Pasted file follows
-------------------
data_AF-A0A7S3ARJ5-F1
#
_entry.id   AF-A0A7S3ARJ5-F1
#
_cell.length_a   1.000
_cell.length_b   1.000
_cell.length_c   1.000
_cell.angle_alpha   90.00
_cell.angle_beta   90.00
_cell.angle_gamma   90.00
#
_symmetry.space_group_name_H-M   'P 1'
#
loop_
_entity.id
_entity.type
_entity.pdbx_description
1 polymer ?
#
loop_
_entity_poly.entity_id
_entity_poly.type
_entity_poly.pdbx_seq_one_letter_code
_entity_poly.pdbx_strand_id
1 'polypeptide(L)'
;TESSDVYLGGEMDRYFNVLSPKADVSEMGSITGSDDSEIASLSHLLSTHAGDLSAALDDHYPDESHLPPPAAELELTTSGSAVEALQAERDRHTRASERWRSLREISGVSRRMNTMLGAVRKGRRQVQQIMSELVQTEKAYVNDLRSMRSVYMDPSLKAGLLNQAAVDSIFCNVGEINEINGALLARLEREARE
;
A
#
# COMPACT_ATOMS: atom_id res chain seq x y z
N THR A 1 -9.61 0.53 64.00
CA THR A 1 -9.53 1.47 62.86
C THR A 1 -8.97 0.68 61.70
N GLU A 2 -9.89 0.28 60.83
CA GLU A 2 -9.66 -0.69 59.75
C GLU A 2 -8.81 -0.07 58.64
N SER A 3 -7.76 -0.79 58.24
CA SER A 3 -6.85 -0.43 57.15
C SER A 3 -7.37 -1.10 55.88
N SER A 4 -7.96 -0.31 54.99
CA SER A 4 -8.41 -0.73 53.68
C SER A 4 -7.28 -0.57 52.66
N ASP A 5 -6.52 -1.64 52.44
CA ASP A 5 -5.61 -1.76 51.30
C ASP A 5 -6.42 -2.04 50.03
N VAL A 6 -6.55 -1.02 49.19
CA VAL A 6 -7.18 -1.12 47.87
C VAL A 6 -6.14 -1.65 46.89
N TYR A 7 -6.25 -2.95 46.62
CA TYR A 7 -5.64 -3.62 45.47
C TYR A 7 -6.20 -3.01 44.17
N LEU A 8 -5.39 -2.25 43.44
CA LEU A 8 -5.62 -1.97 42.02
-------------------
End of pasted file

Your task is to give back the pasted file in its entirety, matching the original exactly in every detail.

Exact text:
data_AF-A0A7S3ARJ5-F1
#
_entry.id   AF-A0A7S3ARJ5-F1
#
_cell.length_a   1.000
_cell.length_b   1.000
_cell.length_c   1.000
_cell.angle_alpha   90.00
_cell.angle_beta   90.00
_cell.angle_gamma   90.00
#
_symmetry.space_group_name_H-M   'P 1'
#
loop_
_entity.id
_entity.type
_entity.pdbx_description
1 polymer ?
#
loop_
_entity_poly.entity_id
_entity_poly.type
_entity_poly.pdbx_seq_one_letter_code
_entity_poly.pdbx_strand_id
1 'polypeptide(L)'
;TESSDVYLGGEMDRYFNVLSPKADVSEMGSITGSDDSEIASLSHLLSTHAGDLSAALDDHYPDESHLPPPAAELELTTSGSAVEALQAERDRHTRASERWRSLREISGVSRRMNTMLGAVRKGRRQVQQIMSELVQTEKAYVNDLRSMRSVYMDPSLKAGLLNQAAVDSIFCNVGEINEINGALLARLEREARE
;
A
#
# COMPACT_ATOMS: atom_id res chain seq x y z
N THR A 1 -9.61 0.53 64.00
CA THR A 1 -9.53 1.47 62.86
C THR A 1 -8.97 0.68 61.70
N GLU A 2 -9.89 0.28 60.83
CA GLU A 2 -9.66 -0.69 59.75
C GLU A 2 -8.81 -0.07 58.64
N SER A 3 -7.76 -0.79 58.24
CA SER A 3 -6.85 -0.43 57.15
C SER A 3 -7.37 -1.10 55.88
N SER A 4 -7.96 -0.31 54.99
CA SER A 4 -8.41 -0.73 53.68
C SER A 4 -7.28 -0.57 52.66
N ASP A 5 -6.52 -1.64 52.44
CA ASP A 5 -5.61 -1.76 51.30
C ASP A 5 -6.42 -2.04 50.03
N VAL A 6 -6.55 -1.02 49.19
CA VAL A 6 -7.18 -1.12 47.87
C VAL A 6 -6.14 -1.65 46.89
N TYR A 7 -6.25 -2.95 46.62
CA TYR A 7 -5.64 -3.62 45.47
C TYR A 7 -6.20 -3.01 44.17
N LEU A 8 -5.39 -2.25 43.44
CA LEU A 8 -5.62 -1.97 42.02